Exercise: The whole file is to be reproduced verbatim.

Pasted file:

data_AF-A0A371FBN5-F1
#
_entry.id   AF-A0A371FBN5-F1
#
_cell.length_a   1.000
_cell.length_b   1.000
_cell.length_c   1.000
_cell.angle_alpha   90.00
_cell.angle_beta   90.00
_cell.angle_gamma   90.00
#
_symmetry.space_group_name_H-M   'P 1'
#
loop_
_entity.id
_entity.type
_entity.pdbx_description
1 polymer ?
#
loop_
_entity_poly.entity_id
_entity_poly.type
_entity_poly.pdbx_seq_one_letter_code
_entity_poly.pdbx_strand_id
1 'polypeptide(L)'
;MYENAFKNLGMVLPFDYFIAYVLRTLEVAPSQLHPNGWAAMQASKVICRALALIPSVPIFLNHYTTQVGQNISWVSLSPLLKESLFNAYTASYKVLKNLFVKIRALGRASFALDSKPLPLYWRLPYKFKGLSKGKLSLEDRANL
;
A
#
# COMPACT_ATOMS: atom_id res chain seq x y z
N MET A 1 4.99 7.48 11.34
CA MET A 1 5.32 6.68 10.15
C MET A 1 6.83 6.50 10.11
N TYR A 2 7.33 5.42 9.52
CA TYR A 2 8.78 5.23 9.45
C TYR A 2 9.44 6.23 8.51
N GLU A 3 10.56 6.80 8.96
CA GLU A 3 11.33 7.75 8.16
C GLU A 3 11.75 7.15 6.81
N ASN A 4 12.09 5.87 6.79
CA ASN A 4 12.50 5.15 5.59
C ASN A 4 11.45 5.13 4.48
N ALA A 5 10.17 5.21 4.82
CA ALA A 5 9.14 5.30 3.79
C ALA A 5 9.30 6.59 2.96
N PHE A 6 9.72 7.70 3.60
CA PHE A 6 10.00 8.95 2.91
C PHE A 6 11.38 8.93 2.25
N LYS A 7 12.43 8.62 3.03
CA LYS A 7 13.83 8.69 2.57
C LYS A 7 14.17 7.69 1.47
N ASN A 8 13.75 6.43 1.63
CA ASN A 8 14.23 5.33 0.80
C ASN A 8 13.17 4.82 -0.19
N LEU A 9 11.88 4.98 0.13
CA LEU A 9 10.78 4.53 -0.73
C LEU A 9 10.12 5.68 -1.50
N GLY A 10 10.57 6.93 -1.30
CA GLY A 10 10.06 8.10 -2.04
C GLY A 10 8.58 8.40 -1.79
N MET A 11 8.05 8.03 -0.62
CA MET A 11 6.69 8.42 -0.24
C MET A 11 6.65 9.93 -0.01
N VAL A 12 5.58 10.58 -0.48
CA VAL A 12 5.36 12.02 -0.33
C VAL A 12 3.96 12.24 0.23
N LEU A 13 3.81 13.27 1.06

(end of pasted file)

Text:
data_AF-A0A371FBN5-F1
#
_entry.id   AF-A0A371FBN5-F1
#
_cell.length_a   1.000
_cell.length_b   1.000
_cell.length_c   1.000
_cell.angle_alpha   90.00
_cell.angle_beta   90.00
_cell.angle_gamma   90.00
#
_symmetry.space_group_name_H-M   'P 1'
#
loop_
_entity.id
_entity.type
_entity.pdbx_description
1 polymer ?
#
loop_
_entity_poly.entity_id
_entity_poly.type
_entity_poly.pdbx_seq_one_letter_code
_entity_poly.pdbx_strand_id
1 'polypeptide(L)'
;MYENAFKNLGMVLPFDYFIAYVLRTLEVAPSQLHPNGWAAMQASKVICRALALIPSVPIFLNHYTTQVGQNISWVSLSPLLKESLFNAYTASYKVLKNLFVKIRALGRASFALDSKPLPLYWRLPYKFKGLSKGKLSLEDRANL
;
A
#
# COMPACT_ATOMS: atom_id res chain seq x y z
N MET A 1 4.99 7.48 11.34
CA MET A 1 5.32 6.68 10.15
C MET A 1 6.83 6.50 10.11
N TYR A 2 7.33 5.42 9.52
CA TYR A 2 8.78 5.23 9.45
C TYR A 2 9.44 6.23 8.51
N GLU A 3 10.56 6.80 8.96
CA GLU A 3 11.33 7.75 8.16
C GLU A 3 11.75 7.15 6.81
N ASN A 4 12.09 5.87 6.79
CA ASN A 4 12.50 5.15 5.59
C ASN A 4 11.45 5.13 4.48
N ALA A 5 10.17 5.21 4.82
CA ALA A 5 9.14 5.30 3.79
C ALA A 5 9.30 6.59 2.96
N PHE A 6 9.72 7.70 3.60
CA PHE A 6 10.00 8.95 2.91
C PHE A 6 11.38 8.93 2.25
N LYS A 7 12.43 8.62 3.03
CA LYS A 7 13.83 8.69 2.57
C LYS A 7 14.17 7.69 1.47
N ASN A 8 13.75 6.43 1.63
CA ASN A 8 14.23 5.33 0.80
C ASN A 8 13.17 4.82 -0.19
N LEU A 9 11.88 4.98 0.13
CA LEU A 9 10.78 4.53 -0.73
C LEU A 9 10.12 5.68 -1.50
N GLY A 10 10.57 6.93 -1.30
CA GLY A 10 10.06 8.10 -2.04
C GLY A 10 8.58 8.40 -1.79
N MET A 11 8.05 8.03 -0.62
CA MET A 11 6.69 8.42 -0.24
C MET A 11 6.65 9.93 -0.01
N VAL A 12 5.58 10.58 -0.48
CA VAL A 12 5.36 12.02 -0.33
C VAL A 12 3.96 12.24 0.23
N LEU A 13 3.81 13.27 1.06